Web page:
A Primer on Unpronounceable Cajun Foodstuffs
By this point, even a cursory description of what goes into and what comes out of a traditional or modified boucherie can be overwhelming. By and large, what we're talking here about are foodstuffs that, even accounting for only the most popular in Acadiana, are unknown to foreigners. And, to be sure, the whole thing can seem foreign, given the French influence on product names and practices. So, perhaps a short glossary of boucherie-related foods and concepts can help clear up all that clutter. Perhaps no word in the Cajun food dialect is more unpronounceable than boudin. The concept is not difficult to ascertain. Take what is essentially rice dressing (dirty rice to the infidels), stuff it inside of a casing and smoke it, boil it or grill it. Voil. You got boudin. But as simple as the concept is to grasp, the word remains elusive for unfamiliar tongues. I wont even attempt a phonetic spelling. You wont get it right. Just come down to Lafayette and well teach you. Ill start you off here, though it's not pronounced boo-dan. As noted throughout this series, much of what Cajuns produce with a boucherie can be found in other cuisines. Where applicable, Ive noted some possible connections or points of reference to dishes with which you may be more familiar.
Andouille n. Ubiquitous Cajun, garlic sausage made with pork and spicy seasoning. Often found in gumbo or on a poboy, sometimes smoked but always delicious. Similar to Bratwurst (Germany), Kielbasa (Poland), Andouille (France)
Backbone Stew n. Popular post-boucherie meal for active participants, generally made of meat and bones produced from the hogs spine. Similar to Stew (Every culture on the face of the Earth)
Boucaniere n. A Cajun prairie smokehouse. Often confused with boucherie given its use of the letter b and its French etymology; boucanieres arent themselves known for butchering meat but cooking in a low and slow smoking process not dissimilar to American barbecue. Also, the source of the English word buccaneer, meaning a pirate or a second-rate professional football team. Similar to Barbecue (The Americas, Australia e.g. Shrimp on the Barbie)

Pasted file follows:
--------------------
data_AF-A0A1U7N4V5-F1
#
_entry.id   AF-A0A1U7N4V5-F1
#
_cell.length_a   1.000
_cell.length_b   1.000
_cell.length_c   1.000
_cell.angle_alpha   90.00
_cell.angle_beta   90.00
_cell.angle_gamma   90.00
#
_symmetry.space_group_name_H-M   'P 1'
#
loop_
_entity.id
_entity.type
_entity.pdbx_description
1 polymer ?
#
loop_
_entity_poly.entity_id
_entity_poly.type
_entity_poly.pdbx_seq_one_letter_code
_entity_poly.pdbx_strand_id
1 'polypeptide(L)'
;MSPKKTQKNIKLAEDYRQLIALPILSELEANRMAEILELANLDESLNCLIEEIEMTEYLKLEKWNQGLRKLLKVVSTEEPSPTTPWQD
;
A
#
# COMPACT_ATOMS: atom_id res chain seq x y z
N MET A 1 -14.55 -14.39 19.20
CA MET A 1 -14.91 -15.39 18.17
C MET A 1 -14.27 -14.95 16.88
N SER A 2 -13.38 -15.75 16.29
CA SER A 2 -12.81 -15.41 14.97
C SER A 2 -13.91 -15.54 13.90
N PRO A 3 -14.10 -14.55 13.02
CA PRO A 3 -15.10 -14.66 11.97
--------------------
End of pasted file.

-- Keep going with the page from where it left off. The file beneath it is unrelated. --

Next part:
Boucherie n. The traditional Acadian practice of communal butchering. Operated for centuries as a weekly routine for small cooperatives of Cajun farmers. Its heritage of stretched use of proteins has profoundly influenced contemporary Acadiana foodways. Similar to Cooperative butchering methods found throughout Europe and North Africa
Boudin (blanc) n. A sausage made of rice, pork and seasoning found throughout south Louisiana and often the subject of vigorous regional rivalry. Historically produced in France with pounded chicken or veal, the Cajun variation began as a way of stretching bits of pork offal and tough meat unsuitable for larger cuts into delicious sustenance. Similar to Haggis (Great Britain)
Boudin (noir) n. Similar to boudin blanc in Cajun cuisine, a sausage-type product of boucheries that utilizes salted pigs blood in the casing, along with meat trimmings, rice and seasonings. Similar to Black Pudding (Great Britain), Blood Sausage (Germany, France, Spain)
Cochon de Lait n. A celebratory roasting of a young pig. Not to be confused with a boucherie, a cochon de lait was not integral to survival but was typically performed to feed a family for a ceremony or feast. Translates roughly to suckling pig. Similar to Lechon (Spain, Latin America, the Caribbean)
Cracklin n. Fried pig skin and lard, often taken from the pigs belly and served salted and in brown paper bags through Acadiana. Called cracklins due to the skins tendency to harden when cooled, resulting in an imminent threat to your teeth. Others say the name stems from the sound the fat morsels make when they hit a screaming pot of oil. Similar to Pork Rinds (Gas Stations), Chicharrones (Mexico)
Fraisseurs n. A stew of hog entrails and offal prepared usually during or after a boucherie. One of the more esoteric dishes found in modern boucheries, it is often omitted due to a relative lack of historical ubiquity. Similar to Pha Lau (Vietnam), Menudo (Mexico)
Gratons n. Fancy old Cajun word for cracklin, if anything Cajun can be considered fancy. See cracklin.
Ponce (or Chaudin) n. A type of sausage smoked inside of a pig stomach. Also known as chaudin, the flavor profile is similar to andouille but is served without casing. Today's version is affectionately called Cajun bologna and often features jalapenos and cheddar cheese. Similar to Haggis (Great Britain)
Souse n. Cajun hog head cheese, traditionally made by rendering meat and gelatin from a pig head and combining it with seasonings. It sets in a mold to make a loaf and is often enjoyed with white bread. Similar to Brawn (Great Britain), Scrapple (Pennsylvania), Pork Terrine (French)